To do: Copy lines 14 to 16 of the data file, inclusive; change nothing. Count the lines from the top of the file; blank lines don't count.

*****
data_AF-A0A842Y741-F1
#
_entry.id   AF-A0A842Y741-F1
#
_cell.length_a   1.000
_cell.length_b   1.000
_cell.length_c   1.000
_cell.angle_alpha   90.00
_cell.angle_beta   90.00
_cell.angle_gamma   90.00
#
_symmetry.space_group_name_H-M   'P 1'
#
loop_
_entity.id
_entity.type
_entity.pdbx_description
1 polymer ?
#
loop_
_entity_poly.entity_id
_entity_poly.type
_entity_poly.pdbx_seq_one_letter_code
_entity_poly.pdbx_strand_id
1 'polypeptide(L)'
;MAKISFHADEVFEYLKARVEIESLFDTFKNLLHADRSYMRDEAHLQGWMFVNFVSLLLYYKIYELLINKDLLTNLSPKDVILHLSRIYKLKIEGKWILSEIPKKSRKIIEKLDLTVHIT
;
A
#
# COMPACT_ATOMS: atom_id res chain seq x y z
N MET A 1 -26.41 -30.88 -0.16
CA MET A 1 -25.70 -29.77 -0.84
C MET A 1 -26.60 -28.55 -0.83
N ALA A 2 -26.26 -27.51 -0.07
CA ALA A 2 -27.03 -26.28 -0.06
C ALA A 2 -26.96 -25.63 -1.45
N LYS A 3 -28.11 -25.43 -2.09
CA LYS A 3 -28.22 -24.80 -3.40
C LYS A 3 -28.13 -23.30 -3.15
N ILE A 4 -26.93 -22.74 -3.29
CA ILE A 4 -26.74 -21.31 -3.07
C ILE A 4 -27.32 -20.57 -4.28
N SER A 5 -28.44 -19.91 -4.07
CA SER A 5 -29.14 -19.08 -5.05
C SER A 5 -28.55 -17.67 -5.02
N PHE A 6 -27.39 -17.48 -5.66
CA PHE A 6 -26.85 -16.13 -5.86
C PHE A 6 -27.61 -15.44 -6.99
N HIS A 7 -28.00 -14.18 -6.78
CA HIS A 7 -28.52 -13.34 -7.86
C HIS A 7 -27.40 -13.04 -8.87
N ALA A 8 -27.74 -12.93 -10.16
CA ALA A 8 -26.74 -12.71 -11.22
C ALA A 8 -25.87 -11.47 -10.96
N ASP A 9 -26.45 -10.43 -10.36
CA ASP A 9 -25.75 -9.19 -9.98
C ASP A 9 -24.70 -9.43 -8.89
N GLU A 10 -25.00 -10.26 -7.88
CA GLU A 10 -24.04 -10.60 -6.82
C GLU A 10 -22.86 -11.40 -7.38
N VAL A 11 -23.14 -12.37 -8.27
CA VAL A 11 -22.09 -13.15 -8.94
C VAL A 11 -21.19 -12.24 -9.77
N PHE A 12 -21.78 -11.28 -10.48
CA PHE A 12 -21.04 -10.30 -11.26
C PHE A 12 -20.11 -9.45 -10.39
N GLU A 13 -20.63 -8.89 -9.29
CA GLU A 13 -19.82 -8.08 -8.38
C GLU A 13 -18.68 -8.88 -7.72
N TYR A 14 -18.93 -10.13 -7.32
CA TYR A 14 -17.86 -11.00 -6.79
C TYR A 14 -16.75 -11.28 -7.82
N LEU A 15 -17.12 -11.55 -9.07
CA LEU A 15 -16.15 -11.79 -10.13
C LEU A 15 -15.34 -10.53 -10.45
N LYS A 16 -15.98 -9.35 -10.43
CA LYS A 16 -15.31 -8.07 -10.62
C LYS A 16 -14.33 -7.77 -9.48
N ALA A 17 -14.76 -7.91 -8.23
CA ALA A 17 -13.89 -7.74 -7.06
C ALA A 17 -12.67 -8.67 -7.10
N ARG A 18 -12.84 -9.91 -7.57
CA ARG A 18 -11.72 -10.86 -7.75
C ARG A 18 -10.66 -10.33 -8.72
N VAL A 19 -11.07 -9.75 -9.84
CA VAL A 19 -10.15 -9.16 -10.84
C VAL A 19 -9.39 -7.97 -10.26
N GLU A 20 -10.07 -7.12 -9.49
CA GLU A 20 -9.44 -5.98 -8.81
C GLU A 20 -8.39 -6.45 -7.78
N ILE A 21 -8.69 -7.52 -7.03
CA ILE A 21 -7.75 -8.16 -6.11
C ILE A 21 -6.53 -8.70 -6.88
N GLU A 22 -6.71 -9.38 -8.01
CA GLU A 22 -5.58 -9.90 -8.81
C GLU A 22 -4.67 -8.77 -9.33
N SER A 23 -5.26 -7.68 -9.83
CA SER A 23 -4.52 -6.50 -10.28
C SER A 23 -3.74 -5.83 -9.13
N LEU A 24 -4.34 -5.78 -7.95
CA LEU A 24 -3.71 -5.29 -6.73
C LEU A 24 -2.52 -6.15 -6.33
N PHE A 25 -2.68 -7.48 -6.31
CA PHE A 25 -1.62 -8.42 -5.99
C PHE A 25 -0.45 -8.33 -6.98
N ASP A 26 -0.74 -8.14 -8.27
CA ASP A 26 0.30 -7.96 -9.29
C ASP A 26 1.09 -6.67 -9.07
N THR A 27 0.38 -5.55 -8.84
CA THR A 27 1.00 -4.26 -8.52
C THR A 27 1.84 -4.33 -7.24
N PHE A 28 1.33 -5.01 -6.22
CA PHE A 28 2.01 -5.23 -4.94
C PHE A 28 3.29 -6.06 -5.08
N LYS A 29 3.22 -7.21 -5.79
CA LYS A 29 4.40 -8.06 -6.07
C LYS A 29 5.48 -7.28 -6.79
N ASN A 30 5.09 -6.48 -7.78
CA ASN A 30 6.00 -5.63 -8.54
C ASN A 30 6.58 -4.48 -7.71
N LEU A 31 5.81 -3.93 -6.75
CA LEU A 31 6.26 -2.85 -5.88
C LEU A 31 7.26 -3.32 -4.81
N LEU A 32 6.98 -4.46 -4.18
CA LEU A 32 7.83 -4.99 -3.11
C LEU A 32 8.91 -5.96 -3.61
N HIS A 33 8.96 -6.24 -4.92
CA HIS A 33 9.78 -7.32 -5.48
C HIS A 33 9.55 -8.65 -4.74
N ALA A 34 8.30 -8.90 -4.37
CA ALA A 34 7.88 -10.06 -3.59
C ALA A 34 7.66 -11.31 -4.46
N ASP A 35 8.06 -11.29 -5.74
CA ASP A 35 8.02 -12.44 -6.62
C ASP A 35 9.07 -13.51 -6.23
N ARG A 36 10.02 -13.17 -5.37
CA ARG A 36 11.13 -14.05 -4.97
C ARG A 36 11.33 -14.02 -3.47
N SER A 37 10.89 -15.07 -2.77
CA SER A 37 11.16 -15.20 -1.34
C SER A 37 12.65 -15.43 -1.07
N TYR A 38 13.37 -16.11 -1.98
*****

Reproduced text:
loop_
_entity.id
_entity.type